Over the last 10 years, America’s five largest tech firms have flooded Washington with lobbying money to the point where they now outspend Wall Street two to one. Google, Facebook, Microsoft, Apple and Amazon spent $49m on Washington lobbying last year, and there is a well-oiled revolving door of Silicon Valley executives to and from senior government positions.

Campaign-finance reports filed by energy companies show that in 2012 they spent $455,000 on corporate political contributions in Colorado, mostly in a diffuse manner. From 2013 through 2016, they have poured an average of more than $20 million annually into financing Colorado political campaigns for politicians and ballot issues as well as a new, unprecedented public relations effort aimed at molding public opinion — a total in excess of $80 million.

In 2016, the corporate PACs associated with Microsoft, Facebook, Google and Amazon broke ranks with the traditional allegiance of the broad tech sector to the Democratic Party. All four donated more money to Republican Congressional candidates than they did to their Democratic opponents ... $2.1 million went to Republicans, and $1.5 million went to Democrats. These PACs did not contribute to presidential candidates.

though voters claim that they worry about corruption, a lot depends on context. Partisanship plays a big role: Republicans cared a lot about the Clinton Foundation but gave Trump a pass. Besides, issues that the press and government reformers take very seriously often matter less to ordinary voters. A recent study of Berlusconi supporters found that the constant barrage of scandals simply increased their tolerance for corruption.

Trump is putting together what will be the wealthiest administration in modern American history. His announced nominees for top positions include several multimillionaires, an heir to a family mega-fortune and two Forbes-certified billionaires ... It is a group that has long spent big to influence politics. Mnuchin, Ross and DeVos each made hundreds of thousands of dollars of political contributions within the last two years

Trump’s campaign embraced Facebook as a key advertising channel in a way that no presidential campaign has before ... the social media giant was massively influential—not because it was tipping the scales with fake news, but because it helped generate the bulk of the campaign’s $250 million in online fundraising ... Because Trump wasn’t spending as much on television...it seemed like his team wasn’t investing in changing anyone’s minds. But they were: they were just doing it online.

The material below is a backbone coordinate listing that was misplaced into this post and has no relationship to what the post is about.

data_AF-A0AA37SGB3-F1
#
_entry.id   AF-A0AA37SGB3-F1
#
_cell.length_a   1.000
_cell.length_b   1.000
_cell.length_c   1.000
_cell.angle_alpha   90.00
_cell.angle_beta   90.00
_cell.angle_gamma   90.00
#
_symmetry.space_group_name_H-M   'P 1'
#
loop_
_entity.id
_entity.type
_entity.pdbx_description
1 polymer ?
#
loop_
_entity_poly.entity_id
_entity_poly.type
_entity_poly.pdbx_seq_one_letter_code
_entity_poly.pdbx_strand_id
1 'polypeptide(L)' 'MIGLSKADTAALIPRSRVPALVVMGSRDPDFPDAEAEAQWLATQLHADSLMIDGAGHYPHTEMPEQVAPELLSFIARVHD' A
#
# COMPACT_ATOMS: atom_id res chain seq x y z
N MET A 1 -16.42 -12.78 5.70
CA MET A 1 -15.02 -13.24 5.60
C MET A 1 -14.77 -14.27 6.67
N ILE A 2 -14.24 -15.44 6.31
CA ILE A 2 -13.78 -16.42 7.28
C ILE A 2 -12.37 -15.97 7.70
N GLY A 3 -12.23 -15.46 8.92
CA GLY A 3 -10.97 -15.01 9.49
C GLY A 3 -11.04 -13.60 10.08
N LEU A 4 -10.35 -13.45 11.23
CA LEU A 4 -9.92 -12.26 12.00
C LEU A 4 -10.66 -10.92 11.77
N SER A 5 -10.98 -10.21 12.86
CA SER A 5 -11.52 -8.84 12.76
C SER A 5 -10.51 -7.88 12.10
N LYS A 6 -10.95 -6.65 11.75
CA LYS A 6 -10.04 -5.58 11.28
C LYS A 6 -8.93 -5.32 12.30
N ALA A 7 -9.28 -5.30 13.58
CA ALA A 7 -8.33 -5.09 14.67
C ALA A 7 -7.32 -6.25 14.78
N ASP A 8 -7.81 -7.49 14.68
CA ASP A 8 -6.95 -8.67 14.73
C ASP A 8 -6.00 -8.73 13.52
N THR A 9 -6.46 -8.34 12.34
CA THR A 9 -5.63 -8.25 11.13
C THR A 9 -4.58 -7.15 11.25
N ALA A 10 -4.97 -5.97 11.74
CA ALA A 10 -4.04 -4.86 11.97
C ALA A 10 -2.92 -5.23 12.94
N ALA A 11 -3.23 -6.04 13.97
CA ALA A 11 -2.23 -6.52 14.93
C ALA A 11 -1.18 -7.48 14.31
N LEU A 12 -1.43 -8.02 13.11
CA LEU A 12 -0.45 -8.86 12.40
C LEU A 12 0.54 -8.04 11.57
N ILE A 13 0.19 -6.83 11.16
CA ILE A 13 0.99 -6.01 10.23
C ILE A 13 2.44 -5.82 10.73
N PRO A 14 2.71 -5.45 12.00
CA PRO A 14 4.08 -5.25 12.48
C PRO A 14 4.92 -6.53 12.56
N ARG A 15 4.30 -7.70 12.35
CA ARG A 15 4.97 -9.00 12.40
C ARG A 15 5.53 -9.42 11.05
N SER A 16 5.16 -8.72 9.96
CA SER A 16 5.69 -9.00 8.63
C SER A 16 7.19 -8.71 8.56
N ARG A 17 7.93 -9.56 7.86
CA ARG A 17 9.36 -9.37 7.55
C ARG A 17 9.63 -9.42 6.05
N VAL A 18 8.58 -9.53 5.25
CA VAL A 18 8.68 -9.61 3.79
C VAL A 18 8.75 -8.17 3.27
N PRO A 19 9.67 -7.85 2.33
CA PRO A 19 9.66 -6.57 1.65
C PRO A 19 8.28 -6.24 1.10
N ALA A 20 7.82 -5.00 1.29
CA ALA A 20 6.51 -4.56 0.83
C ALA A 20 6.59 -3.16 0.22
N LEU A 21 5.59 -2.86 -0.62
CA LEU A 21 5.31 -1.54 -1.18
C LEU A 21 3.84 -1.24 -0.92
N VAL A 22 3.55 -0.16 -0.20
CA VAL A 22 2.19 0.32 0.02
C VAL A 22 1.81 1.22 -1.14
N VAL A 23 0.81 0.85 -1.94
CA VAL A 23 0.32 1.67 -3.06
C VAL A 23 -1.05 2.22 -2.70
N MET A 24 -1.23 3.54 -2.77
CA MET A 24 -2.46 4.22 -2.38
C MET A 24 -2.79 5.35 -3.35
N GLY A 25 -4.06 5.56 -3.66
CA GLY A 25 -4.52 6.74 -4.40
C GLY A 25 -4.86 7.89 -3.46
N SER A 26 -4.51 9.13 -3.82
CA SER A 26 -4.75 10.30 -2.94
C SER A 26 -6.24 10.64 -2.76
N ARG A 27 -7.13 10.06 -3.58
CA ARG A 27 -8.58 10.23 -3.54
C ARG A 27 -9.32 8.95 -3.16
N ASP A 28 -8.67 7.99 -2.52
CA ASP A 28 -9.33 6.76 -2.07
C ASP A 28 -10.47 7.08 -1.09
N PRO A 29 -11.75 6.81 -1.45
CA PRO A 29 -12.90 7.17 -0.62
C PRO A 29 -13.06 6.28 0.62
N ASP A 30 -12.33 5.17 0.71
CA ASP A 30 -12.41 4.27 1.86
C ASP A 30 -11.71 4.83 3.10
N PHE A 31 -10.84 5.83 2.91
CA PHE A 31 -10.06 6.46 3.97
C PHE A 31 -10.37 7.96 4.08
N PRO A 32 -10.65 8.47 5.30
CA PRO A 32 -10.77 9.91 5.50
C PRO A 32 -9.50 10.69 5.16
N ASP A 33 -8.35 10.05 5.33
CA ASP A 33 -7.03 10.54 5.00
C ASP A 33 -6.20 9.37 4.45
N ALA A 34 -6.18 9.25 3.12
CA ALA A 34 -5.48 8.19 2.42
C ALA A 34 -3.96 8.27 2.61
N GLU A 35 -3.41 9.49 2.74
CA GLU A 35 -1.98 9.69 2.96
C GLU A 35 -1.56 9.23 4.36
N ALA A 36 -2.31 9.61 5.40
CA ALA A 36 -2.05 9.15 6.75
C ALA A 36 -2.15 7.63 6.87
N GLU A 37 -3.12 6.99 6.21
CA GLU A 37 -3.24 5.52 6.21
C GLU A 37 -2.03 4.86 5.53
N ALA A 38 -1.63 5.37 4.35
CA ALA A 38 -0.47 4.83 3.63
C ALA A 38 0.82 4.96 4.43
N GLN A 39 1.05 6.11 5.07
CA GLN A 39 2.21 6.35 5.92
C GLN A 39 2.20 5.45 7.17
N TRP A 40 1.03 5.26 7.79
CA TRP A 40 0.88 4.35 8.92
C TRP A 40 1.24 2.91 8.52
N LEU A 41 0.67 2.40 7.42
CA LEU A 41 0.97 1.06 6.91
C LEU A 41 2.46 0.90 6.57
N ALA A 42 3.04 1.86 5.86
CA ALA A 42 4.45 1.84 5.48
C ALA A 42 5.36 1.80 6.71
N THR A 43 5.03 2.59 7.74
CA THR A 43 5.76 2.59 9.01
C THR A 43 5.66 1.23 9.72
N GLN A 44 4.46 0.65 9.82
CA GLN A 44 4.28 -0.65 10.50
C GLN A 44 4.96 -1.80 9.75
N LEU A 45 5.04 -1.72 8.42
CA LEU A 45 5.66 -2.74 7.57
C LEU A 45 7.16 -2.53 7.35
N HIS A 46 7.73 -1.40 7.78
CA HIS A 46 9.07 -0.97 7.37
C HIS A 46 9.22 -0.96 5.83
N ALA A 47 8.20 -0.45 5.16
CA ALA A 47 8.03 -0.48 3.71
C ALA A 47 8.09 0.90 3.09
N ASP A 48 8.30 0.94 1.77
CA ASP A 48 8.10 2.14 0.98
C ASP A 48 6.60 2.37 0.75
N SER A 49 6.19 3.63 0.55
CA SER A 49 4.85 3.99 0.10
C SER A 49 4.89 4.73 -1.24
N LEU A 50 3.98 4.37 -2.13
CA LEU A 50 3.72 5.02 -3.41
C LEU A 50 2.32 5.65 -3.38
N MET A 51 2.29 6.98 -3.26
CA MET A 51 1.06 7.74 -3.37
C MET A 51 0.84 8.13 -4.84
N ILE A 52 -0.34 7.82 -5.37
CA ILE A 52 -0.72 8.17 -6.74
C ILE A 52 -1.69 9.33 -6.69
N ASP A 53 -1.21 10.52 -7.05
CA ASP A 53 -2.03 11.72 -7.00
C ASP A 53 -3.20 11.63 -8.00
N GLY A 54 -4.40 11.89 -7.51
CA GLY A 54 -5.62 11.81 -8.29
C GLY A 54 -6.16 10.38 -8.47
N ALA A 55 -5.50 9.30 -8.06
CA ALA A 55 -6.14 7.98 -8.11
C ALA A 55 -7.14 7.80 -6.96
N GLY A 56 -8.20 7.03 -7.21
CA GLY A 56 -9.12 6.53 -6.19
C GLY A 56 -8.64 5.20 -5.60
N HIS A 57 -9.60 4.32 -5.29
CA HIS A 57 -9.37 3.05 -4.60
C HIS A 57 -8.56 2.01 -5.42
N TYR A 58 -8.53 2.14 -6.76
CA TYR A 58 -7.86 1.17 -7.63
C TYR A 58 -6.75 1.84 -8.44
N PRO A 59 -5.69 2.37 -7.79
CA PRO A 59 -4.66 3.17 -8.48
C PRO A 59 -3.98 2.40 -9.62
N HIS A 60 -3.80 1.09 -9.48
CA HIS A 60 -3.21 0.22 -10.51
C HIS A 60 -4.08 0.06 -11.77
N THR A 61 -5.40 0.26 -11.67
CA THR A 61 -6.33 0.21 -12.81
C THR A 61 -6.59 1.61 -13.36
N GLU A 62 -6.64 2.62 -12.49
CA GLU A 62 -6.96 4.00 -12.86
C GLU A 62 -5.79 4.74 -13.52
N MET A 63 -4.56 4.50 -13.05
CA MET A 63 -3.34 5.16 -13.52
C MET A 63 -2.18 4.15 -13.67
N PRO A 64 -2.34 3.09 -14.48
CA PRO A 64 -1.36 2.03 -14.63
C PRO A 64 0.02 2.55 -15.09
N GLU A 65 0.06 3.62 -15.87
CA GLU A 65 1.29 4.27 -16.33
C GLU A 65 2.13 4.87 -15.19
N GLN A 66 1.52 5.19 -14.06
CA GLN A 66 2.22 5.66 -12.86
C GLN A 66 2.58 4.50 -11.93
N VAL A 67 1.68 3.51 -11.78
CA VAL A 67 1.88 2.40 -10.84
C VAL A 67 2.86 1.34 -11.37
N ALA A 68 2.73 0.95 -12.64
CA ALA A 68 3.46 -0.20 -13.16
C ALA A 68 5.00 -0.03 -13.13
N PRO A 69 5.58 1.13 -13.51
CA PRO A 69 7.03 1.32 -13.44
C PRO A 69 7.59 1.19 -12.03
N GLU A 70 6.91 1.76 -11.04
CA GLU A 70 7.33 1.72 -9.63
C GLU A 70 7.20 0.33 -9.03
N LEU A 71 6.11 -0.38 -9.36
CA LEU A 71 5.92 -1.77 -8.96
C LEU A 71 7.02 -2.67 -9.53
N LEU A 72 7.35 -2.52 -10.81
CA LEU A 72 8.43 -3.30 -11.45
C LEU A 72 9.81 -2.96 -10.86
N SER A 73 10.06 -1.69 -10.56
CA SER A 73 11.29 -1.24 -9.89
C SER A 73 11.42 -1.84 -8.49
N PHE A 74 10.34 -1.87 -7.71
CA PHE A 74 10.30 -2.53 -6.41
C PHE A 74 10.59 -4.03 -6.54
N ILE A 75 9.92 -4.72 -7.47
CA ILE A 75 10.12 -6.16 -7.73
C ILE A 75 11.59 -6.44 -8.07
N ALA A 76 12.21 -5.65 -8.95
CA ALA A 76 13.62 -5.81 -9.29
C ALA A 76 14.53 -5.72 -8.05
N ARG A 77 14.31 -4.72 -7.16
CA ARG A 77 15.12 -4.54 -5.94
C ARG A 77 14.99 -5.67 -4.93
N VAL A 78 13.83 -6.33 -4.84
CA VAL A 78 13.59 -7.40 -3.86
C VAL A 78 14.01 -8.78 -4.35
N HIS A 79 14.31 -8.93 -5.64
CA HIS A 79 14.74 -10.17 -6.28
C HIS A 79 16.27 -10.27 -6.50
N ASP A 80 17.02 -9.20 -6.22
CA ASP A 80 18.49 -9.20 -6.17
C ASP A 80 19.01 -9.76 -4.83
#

George W. Bush’s first cabinet may have been the high-water mark of the corporate network’s influence ... the Bush cabinet was directly tied to 21 corporations, two degrees from another 228 and three degrees of separation from over 1,100 companies listed on Nasdaq or the New York Stock Exchange. No administration in history had as many direct personal contacts with corporate America ... executives at companies linked together by shared directors tended to donate to the same political candidates.

Think tanks, which position themselves as “universities without students,” have power in government policy debates because they are seen as researchers independent of moneyed interests. But in the chase for funds, think tanks are pushing agendas important to corporate donors, at times blurring the line between researchers and lobbyists. And they are doing so while reaping the benefits of their tax-exempt status, sometimes without disclosing their connections to corporate interests.

In 2012, President Barack Obama banned lobbyists from giving to DNC or paying for convention-related expenses. But this February, the DNC eliminated those rules — opening the floodgates for corporate cash to slosh through Philadelphia ... Sometimes the contradictions in Philadelphia are even more head-spinning, like when the very same Democrats who sound the alarm over campaign finance reform simultaneously reap big bucks for corporate influence peddling.

Even as regulators push to rein in compensation at Wall Street banks, top hedge fund managers earn more than 50 times what the top executives at banks are paid ... for the biggest hedge fund managers, these men (and the occasional woman) have more money and more influence than ever before ... They lobby members of Congress. And they have put large sums of money behind presidential candidates, at times pumping tens of millions of dollars into super PACs.